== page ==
Vol. 18, No. 5 March 10- 23, 2005


Plant Committee Won't Be Open to Public


At the first meeting of the Facilities Monitoring Committee (FMC) for the filtration plant last Thursday, the participants decided that future meetings, to be held monthly, should not be open to the general public.

The meetings are designed to update the community on construction progress and provide a vehicle for expressing local concerns. Official members of the community include designated representatives of the three community boards affected by the project — 7, 8 and 12 — and Joe Gordon, a staffer from Council Member Oliver Koppell’s office.

According to participants at the session, held in the back room of the Department of Environmental Protection’s (DEP) community office at 3660 Jerome Avenue, the vast majority of those present supported keeping the meetings closed.

Lyn Pyle, a Norwood resident who has long fought the siting of the plant in the park, and is a designee of Community Board 7, said she “argued strongly” that the meetings should be open to the community.

“I think it’s important to recognize that the people sitting around that table are really committed to doing a good job. I don’t question that, “ she said. “[But] the perspectives are really different from someone who is sitting next to the hole that they’re blasting. I’m really sorry it’s not an open meeting.” Pyle said she was the only one who argued in favor of opening up the meetings.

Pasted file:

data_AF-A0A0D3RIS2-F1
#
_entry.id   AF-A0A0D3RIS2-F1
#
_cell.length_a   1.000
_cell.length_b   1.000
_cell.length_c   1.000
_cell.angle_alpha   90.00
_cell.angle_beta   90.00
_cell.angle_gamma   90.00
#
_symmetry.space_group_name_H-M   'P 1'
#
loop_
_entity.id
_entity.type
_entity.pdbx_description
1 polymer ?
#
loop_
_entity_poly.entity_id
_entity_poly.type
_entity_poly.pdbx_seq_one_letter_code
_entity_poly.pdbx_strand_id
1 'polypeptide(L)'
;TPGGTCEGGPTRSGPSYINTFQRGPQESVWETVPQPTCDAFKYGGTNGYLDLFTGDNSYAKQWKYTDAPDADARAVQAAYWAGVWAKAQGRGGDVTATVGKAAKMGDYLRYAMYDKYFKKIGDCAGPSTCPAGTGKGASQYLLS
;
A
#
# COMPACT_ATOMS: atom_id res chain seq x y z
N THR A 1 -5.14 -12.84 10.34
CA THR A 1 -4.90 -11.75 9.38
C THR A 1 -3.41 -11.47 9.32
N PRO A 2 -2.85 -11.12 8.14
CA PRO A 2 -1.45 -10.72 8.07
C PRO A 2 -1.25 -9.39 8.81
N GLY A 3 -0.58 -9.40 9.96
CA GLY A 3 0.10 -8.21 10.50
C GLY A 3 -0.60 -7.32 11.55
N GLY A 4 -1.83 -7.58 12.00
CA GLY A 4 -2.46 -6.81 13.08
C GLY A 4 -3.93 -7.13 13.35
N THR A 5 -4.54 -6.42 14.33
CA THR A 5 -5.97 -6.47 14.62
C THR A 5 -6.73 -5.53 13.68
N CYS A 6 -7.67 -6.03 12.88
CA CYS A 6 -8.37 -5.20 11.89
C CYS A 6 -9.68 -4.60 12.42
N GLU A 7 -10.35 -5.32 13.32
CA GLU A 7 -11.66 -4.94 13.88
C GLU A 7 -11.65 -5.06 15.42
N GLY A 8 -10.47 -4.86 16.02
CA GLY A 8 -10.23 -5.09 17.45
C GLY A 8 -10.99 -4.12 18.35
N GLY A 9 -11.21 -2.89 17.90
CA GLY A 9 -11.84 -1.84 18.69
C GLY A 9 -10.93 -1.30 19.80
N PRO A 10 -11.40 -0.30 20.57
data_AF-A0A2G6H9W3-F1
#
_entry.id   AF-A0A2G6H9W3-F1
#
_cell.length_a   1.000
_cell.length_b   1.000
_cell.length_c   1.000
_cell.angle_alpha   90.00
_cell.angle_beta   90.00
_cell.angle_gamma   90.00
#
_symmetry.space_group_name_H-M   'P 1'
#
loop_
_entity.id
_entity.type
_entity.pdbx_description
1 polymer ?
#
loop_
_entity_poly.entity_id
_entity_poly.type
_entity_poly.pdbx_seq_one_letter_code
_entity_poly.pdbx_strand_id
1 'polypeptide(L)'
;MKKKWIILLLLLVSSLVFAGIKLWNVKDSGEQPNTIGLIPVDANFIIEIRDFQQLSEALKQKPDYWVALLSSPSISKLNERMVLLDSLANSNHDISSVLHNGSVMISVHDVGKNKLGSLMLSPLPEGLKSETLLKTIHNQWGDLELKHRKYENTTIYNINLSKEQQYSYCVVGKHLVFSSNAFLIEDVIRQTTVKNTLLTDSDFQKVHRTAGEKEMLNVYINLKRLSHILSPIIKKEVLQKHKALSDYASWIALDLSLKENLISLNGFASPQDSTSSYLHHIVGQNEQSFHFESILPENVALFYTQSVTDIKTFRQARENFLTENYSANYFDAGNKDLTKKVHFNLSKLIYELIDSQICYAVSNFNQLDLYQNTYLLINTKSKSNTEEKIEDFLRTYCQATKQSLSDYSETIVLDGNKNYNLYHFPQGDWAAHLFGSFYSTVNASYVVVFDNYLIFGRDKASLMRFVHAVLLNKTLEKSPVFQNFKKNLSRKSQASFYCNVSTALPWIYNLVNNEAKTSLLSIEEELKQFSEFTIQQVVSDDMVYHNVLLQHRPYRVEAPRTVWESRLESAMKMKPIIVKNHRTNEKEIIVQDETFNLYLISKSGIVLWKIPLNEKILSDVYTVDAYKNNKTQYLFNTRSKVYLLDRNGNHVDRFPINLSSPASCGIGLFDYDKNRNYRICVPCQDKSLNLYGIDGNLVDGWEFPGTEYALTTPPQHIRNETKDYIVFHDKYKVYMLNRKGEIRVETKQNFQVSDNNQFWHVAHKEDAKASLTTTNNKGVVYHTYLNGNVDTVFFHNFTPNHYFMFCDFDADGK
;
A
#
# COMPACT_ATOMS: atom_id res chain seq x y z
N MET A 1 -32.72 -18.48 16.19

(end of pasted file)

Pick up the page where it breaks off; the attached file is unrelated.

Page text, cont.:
Asked about the open meeting issue, Charles Sturcken, assistant commissioner for governmental affairs at DEP, said, “That’s what they [the committee] decided amongst themselves.”

Rita Kessler, district manager of Community Board 7, who was present at the meeting, could not be reached for comment by press time.

Short of an open meeting, Pyle suggested that maybe more residents from the communities affected by the project (there will also be related work at the Jerome Park Reservoir) be appointed to the committee. Sturcken said that the Committee did decide to include Assemblyman Jeffrey Dinowitz and State Senator Jeffrey Klein as ex-officio members of the FMC.

Many issues were discussed at the first meeting, including traffic, rodents and air quality, according to participants. DEP engineers and consultants were present to provide information and answer questions. The next meeting is scheduled for Thursday, April 7 at 2 p.m. at the same location.

Meanwhile, Pyle and others still opposed to the plant, hold out hope for a long shot, last-minute reprieve in court, where a judge is considering whether to order the city to stop work and conduct a more rigorous environmental review of the project.

In an e-mail report on the meeting she distributed to local activists, Pyle wrote, “I’m waiting for a miracle from the lawsuits, and the hole they have dug will make a great swimming pool on our side of the park.”

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